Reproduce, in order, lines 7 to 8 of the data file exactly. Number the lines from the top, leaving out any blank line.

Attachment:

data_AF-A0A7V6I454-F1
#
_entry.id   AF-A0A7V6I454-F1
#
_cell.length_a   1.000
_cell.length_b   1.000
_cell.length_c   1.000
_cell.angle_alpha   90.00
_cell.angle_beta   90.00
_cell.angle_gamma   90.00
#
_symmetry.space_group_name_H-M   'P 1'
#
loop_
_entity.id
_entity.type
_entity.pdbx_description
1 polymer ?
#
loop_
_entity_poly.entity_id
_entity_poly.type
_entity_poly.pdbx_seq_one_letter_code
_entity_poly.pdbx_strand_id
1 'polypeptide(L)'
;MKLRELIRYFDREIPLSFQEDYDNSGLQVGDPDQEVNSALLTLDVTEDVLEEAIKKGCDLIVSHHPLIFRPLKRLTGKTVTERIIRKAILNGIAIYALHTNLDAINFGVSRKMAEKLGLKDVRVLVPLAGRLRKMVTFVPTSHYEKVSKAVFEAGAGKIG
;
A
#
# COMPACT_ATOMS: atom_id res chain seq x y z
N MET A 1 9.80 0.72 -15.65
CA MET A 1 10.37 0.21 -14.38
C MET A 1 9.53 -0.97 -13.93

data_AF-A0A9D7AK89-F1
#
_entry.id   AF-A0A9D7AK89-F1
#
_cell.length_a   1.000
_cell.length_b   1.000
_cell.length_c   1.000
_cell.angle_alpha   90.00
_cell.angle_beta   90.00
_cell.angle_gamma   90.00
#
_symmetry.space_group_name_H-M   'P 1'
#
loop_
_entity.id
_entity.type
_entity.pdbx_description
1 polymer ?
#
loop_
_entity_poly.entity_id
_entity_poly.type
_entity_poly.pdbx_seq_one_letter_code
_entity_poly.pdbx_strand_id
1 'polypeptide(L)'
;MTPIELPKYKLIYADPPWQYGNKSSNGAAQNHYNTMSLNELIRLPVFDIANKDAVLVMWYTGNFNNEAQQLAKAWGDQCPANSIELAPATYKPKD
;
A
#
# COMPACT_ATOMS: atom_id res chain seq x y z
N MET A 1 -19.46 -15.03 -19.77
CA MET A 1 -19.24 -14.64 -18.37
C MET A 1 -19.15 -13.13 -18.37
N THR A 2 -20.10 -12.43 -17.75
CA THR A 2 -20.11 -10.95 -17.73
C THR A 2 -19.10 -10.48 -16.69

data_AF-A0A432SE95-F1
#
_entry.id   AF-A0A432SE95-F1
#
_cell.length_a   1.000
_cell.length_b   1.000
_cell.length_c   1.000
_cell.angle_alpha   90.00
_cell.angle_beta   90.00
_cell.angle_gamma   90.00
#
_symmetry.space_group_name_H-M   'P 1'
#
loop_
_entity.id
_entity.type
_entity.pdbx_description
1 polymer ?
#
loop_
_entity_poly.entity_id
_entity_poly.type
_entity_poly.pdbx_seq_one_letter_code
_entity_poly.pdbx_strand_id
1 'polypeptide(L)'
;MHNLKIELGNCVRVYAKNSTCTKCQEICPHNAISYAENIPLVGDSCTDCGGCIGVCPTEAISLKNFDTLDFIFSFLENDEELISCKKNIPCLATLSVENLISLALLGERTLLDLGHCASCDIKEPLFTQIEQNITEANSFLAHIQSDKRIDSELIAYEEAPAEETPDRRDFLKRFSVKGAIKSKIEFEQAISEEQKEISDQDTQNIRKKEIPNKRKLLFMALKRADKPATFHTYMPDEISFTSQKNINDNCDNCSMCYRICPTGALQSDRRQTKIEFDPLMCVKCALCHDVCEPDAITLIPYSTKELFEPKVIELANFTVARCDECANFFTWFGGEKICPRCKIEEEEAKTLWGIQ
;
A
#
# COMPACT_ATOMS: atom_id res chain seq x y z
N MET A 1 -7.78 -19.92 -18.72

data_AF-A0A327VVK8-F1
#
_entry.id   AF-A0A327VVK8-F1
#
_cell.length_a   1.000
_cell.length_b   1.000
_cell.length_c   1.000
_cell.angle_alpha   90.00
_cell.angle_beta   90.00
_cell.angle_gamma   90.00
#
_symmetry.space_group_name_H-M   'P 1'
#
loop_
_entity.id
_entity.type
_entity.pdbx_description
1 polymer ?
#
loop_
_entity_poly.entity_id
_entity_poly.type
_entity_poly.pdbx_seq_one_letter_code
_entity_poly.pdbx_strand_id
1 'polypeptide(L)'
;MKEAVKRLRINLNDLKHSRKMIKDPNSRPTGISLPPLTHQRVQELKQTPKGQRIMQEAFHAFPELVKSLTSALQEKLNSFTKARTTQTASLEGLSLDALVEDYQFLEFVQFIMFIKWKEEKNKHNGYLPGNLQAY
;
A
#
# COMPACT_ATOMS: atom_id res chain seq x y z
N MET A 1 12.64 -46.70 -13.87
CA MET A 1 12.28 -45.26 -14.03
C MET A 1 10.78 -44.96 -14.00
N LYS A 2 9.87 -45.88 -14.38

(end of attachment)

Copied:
_cell.length_c   1.000
_cell.angle_alpha   90.00